Saving grace

Well, folks, it’s been quite a month so far, and not in a good way. Not to put too fine a point on it, I’d say it’s been craptastic. I won’t bore you with the unpleasant details. Thankfully there are fun times with family and friends to look forward to over the holidays.

New challenges have meant no time for two projects I was looking forward to in November: writing a travel memoir for NaNoWriMo, and launching a professional blog for librarians about transitioning our library here – and my own practice – into the 21st century. I’ll get back to those projects some other time (hopefully before the 21st century is over). Meanwhile there have been a few bright spots.gk-flier-letter-size-page-001Heading up the plus column is being on the production team for the middle school play. The middle school at ICS doesn’t usually do a full-length show but our teacher-friend Jo had a script she’d been itching to stage, and the school’s 50th anniversary year seemed the ideal time.

The Garbage King is adapted from an award-winning children’s novel by Jo’s friend Elizabeth Laird. It tells the story of a gang of Addis Ababa street kids and a well-to-do runaway; Laird based it on the real life of a former street child that she met here. Our production is the African premiere. Proceeds from the show go to an organization that works with street children.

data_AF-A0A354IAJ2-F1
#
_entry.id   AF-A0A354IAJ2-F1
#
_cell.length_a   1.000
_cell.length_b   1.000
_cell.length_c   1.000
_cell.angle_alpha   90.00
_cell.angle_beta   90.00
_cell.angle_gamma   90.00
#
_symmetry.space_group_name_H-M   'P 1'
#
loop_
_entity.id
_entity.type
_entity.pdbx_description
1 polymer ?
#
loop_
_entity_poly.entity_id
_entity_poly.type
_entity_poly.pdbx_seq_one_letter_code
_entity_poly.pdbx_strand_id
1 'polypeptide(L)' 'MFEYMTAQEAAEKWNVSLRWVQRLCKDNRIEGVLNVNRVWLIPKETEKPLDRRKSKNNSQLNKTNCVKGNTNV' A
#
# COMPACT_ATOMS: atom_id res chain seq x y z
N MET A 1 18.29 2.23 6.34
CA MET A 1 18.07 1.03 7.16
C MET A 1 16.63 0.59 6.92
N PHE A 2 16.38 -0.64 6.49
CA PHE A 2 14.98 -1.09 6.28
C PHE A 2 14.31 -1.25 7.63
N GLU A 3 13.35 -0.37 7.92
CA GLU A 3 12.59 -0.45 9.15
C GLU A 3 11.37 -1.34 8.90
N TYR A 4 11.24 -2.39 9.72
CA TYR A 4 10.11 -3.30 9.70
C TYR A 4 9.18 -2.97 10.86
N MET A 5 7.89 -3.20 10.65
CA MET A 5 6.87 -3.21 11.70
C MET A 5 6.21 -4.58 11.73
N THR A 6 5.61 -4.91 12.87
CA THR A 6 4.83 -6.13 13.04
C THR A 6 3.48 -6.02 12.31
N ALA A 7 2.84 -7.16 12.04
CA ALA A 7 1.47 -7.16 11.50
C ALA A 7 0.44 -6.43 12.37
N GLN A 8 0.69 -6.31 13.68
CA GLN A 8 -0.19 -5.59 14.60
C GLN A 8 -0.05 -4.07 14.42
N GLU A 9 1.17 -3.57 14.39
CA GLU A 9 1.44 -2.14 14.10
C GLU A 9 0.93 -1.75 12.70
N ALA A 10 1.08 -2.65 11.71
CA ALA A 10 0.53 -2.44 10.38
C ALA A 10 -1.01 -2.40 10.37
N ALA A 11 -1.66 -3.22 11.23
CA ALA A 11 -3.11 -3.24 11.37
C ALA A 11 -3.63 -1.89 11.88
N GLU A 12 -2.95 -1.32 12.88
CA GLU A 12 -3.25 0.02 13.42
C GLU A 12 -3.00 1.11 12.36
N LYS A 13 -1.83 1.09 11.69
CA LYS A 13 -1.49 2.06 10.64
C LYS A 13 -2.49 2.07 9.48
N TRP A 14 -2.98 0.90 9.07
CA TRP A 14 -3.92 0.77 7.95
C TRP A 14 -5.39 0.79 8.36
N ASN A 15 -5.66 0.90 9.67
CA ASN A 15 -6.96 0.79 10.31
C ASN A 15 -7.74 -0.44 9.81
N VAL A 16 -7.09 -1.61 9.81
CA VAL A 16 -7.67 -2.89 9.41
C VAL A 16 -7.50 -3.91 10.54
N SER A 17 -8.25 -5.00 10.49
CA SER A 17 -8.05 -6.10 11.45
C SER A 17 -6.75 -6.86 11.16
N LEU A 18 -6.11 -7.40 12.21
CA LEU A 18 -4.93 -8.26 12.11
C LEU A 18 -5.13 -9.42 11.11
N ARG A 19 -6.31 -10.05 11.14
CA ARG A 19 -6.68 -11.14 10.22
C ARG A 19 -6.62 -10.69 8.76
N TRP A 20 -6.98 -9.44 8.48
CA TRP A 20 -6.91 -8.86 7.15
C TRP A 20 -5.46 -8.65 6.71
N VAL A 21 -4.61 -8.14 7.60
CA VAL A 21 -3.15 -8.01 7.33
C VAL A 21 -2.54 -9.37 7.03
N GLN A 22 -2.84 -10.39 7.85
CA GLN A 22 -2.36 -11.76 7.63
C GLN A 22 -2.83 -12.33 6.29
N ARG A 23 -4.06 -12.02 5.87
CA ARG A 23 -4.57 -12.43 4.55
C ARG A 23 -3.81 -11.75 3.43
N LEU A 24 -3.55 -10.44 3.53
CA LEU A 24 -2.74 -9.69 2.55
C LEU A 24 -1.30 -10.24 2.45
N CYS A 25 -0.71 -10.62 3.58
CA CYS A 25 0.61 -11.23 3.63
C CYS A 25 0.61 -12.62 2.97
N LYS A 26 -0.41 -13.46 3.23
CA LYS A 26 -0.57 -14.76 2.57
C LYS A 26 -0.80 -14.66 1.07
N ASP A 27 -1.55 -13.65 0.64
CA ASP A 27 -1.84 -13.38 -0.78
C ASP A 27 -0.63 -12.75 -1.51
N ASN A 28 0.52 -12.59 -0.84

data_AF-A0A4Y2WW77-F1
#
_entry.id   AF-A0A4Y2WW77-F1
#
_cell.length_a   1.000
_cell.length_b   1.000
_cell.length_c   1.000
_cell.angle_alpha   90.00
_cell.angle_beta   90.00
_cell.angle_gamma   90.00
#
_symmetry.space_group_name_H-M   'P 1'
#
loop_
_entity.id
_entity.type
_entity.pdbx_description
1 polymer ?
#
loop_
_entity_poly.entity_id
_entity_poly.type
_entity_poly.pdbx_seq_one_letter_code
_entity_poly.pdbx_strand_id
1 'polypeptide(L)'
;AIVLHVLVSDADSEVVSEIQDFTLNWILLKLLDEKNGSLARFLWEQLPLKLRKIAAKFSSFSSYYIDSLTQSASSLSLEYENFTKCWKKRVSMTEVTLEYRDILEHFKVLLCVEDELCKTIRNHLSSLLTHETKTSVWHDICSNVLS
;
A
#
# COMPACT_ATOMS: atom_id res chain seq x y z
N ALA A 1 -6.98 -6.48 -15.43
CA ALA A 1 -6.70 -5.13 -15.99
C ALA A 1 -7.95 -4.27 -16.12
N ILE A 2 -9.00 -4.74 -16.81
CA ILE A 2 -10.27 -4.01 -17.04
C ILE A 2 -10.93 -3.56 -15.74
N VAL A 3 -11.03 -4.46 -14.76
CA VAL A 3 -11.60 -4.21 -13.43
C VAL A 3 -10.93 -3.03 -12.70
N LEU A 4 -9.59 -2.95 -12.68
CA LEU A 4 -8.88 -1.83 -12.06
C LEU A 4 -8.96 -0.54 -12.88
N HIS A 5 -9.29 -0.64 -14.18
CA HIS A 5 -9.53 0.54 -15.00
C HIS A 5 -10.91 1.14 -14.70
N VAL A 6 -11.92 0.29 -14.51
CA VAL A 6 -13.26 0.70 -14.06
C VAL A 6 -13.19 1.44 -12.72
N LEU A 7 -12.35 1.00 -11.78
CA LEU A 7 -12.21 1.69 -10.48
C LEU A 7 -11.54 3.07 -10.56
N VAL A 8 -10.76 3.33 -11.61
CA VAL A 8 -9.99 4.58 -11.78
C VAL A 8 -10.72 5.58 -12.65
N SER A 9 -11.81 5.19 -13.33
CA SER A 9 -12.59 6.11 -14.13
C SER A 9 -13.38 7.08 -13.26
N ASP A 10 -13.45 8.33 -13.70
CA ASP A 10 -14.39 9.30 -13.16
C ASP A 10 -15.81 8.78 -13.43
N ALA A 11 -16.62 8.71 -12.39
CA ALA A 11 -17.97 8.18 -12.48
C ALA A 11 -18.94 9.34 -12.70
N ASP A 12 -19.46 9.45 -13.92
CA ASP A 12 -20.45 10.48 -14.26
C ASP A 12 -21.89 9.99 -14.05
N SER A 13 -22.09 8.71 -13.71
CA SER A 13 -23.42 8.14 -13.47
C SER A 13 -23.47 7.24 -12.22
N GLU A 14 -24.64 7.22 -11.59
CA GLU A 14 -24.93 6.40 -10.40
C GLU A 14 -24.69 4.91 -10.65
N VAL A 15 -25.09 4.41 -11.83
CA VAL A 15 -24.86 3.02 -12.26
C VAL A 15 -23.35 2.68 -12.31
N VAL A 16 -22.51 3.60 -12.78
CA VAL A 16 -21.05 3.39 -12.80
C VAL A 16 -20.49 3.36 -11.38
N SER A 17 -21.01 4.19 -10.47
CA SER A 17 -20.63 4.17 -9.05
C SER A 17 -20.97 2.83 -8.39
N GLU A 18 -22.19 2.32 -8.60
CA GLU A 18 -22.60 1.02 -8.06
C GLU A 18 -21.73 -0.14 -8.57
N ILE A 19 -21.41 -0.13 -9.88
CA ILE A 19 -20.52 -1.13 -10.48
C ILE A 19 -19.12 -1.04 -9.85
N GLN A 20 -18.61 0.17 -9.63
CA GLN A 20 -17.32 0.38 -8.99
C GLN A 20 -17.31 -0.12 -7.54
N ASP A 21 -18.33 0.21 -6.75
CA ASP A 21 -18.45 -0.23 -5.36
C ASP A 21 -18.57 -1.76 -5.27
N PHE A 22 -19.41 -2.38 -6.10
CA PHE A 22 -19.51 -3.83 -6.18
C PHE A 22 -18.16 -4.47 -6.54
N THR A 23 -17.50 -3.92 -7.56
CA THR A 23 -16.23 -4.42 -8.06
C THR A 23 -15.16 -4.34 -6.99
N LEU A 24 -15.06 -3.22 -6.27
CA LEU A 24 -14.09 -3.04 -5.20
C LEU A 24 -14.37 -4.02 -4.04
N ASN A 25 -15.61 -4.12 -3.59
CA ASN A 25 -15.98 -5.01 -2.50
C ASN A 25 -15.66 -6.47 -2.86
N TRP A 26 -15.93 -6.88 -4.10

The drama group is an after-school activity (aka ASA) as opposed to a regular class. As a result, most of the students who auditioned for TGK  (our school really goes in for the acronyms) had had no acting experience at all. Pretty ambitious project for a 6-week timeline, but the adults involved were an optimistic group.

The process of putting together this show is an excellent example of the value of arts education to students. It’s been wonderful to see these middle-schoolers overcoming self-consciousness, learning the fundamentals of dialog, movement, and costume while developing as an ensemble. We’re seeing kids with mediocre academic records or “bad attitude” learn extensive speaking parts, internalize complex stage directions, take positive risks, and support each other. On top of that, students have said that participating in this show caused them to look at real Addis street children in a more empathetic way.

Our first performances had a few glitches, but we’re proud of how far the actors have come, and I hope the kids are proud too. Tonight’s the final show and I’m confident they’ll nail it this time.

For the three of us, the production has been a whole-family activity: Andreas co-directed the play (with Jo), designed the set, and is running tech. Alekka led the student set-building and art team and is serving as ASM this weekend. I’ve been assisting the directors and this weekend I’m stage managing our three performances.  Kinda makes me want to start a theater.

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About lornaofarabia

I am a teacher from Medford, Oregon. I currently live and work in Cairo, Egypt.
This entry was posted in Addis Ababa, International Community School, Teaching and tagged , , , , , . Bookmark the permalink.

One Response to Saving grace

  1. Pingback: The bread lady | Lorna of Arabia

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